Few would have guessed that this scrawny punk kid who made the news back in 1976 for getting his ear chomped on by a girl at a Clash gig would indeed amount to anything significant. If you haven’t heard of him or his band The Pogues, consider yourself warned. His lyrics paint a picture of a life lived on the skids, drunken revelries, and insight gained through years of indulgence. It’s all poetic stuff really, but don’t let the “P” word put you off. This isn’t brooding woe-is-me, slash-your-wrist type music. On the contrary, the band plays up-tempo, festive, and dare I say, uplifting songs. They are a loud, obnoxious bunch. They are The Pogues, and the play their own brand of rock and roll.
Born Shane Patrick Lysaght MacGowan of Irish descent on December 25, 1957, Shane spent his formative years shuffling back and forth from Ireland to England. He was raised a Catholic and was taught by his aunt to drink whiskey at a young age if he promised not to worship the devil. Influenced perhaps by his mother (a traditional dancer, singer and model) and a father keen on literature and writing, he earned a musical scholarship at Westminster School only to be expelled in his second year for drugs. It was around this time that Shane discovered punk rock, and like the proverbial moth to the flame, was instantly drawn to that lot. He formed his first band The Nipple Erectors and then the Pogues, fusing punk with traditional Irish music.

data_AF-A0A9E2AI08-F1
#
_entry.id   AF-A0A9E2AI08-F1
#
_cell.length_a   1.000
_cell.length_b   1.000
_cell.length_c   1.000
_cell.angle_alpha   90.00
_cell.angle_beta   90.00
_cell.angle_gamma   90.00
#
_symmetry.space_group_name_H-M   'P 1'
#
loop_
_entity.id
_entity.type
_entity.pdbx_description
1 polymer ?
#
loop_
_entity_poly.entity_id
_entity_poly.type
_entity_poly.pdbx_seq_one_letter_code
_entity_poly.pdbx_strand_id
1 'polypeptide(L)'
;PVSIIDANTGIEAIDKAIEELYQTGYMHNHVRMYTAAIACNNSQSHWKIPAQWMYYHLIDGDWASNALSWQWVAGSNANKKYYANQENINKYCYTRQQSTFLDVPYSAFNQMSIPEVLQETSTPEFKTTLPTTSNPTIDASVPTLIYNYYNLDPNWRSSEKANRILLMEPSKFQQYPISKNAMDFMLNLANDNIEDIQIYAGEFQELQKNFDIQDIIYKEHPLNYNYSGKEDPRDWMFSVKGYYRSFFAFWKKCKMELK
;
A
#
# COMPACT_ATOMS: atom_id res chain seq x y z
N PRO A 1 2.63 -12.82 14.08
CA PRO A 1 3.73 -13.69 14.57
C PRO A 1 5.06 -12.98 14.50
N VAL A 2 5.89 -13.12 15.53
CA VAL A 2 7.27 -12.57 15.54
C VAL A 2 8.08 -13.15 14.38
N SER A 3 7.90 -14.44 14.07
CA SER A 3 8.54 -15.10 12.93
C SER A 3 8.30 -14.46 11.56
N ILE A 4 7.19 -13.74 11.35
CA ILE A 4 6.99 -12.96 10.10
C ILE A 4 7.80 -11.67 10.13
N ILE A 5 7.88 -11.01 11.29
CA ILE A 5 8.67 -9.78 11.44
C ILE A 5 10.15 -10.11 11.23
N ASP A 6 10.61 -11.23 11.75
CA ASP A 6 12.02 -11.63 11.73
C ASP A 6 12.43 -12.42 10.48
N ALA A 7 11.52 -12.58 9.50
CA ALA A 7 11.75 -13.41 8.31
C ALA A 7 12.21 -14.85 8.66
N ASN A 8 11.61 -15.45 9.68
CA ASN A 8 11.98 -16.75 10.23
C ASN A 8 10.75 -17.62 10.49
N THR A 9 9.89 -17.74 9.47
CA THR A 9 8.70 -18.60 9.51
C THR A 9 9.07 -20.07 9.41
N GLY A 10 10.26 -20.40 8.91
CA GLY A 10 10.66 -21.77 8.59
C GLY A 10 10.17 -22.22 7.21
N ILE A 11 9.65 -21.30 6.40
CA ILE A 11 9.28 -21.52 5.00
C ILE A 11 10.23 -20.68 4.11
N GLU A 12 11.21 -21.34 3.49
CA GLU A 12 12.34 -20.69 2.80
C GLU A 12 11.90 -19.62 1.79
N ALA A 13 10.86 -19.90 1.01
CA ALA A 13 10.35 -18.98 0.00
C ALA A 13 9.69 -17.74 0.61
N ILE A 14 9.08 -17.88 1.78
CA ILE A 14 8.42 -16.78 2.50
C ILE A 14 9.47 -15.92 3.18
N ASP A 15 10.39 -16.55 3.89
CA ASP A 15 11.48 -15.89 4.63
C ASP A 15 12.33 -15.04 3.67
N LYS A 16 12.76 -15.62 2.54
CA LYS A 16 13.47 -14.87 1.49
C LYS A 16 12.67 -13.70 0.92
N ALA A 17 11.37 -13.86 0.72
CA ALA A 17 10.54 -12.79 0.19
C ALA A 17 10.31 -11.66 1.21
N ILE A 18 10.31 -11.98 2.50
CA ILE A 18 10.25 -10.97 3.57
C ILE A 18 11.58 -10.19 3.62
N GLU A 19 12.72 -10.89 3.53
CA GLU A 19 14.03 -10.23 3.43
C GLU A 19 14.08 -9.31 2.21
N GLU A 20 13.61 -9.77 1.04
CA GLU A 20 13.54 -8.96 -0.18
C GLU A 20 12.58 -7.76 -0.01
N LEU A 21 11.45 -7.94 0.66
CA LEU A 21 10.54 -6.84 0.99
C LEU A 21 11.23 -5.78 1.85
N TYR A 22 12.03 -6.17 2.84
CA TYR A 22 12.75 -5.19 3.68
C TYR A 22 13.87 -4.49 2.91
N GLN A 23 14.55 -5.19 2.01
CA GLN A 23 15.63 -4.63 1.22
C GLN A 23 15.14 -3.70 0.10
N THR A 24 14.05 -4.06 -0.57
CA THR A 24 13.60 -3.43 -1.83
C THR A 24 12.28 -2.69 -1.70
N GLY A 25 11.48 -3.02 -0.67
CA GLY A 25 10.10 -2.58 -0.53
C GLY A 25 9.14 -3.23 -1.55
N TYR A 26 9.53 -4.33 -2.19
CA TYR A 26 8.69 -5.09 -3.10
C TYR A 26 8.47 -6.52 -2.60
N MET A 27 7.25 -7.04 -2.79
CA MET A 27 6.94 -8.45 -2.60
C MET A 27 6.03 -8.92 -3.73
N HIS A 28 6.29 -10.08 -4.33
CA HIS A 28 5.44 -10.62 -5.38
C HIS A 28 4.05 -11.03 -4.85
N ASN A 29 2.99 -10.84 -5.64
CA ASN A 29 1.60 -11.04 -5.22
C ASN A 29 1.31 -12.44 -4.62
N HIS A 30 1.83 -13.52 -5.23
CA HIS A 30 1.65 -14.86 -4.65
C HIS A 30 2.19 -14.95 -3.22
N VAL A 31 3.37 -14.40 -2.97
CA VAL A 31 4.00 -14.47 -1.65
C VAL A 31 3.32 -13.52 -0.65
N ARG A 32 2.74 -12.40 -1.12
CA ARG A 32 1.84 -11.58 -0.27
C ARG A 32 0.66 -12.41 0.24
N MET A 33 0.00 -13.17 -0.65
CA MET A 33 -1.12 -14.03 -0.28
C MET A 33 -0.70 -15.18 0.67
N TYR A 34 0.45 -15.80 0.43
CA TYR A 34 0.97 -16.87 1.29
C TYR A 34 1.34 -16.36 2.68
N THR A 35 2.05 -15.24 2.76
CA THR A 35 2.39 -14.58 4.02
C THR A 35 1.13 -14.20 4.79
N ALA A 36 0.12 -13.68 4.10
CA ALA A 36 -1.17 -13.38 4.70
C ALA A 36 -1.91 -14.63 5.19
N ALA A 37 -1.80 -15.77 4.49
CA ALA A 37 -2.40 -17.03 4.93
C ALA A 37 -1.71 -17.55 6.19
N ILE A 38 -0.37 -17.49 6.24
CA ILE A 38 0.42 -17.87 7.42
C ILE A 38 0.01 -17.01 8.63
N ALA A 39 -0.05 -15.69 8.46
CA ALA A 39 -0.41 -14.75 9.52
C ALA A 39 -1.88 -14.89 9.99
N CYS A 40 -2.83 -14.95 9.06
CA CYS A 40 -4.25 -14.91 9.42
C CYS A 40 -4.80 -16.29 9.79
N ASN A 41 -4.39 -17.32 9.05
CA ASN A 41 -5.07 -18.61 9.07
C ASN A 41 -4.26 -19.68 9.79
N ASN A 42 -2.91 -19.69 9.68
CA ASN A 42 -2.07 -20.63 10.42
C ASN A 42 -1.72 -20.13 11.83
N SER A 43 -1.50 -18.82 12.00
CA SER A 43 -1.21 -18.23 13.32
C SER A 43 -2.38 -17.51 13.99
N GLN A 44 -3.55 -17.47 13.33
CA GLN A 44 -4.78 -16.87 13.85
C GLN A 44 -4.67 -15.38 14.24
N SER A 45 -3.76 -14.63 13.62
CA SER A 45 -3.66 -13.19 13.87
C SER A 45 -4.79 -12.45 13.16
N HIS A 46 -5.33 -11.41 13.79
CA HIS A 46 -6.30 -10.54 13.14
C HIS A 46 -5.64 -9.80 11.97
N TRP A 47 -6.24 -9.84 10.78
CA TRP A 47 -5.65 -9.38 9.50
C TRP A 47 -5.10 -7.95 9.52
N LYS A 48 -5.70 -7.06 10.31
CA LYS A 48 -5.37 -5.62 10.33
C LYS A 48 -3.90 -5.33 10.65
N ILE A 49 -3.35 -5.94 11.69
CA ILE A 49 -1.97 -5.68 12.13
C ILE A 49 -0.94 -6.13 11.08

The band proceeded to record five albums together, enjoying a massive cult following and a string of hits including “Dirty Old Town”, “Danny Boy”, and the excellent “Fairytale Of New York”. The Pogues were on a roll, and even Elvis Costello volunteered to produce their album “Rum, Sodomy and Lash”, which Shane thought was over-produced. Alas, Shane’s song writing genius was at par with his excessive lifestyle, and his band mates decided to kick him out of the band for being unprofessional. The next decade saw Shane form another band, Shane McGowan and the Popes, and collaborate with a slew of different artists, from Nick Cave, Sinead O’ Connor, to the Jesus and the Mary Chain, while his ex- band mates played on without him and enlisted different vocalists including Joe Strummer of The Clash.
Since 1978, Shane has released 18 albums under various labels and with different bands. The Nips and the Pogues came out with 8 albums each. Shane released two albums with the Popes in 1994 and 1997. Though not all of them were met with huge success, the songs still continue to inspire fans and new artists.
The legend of the hard-partying Shane is now again in full swing, having reunited with his old band mates and doing gigs to the delight of his loyal fans. Still clutching his trademark gin and tonic onstage, Shane trudges on unrepentant; singing of lost loves and drunken nights half-remembered. He’ll turn 51 this December.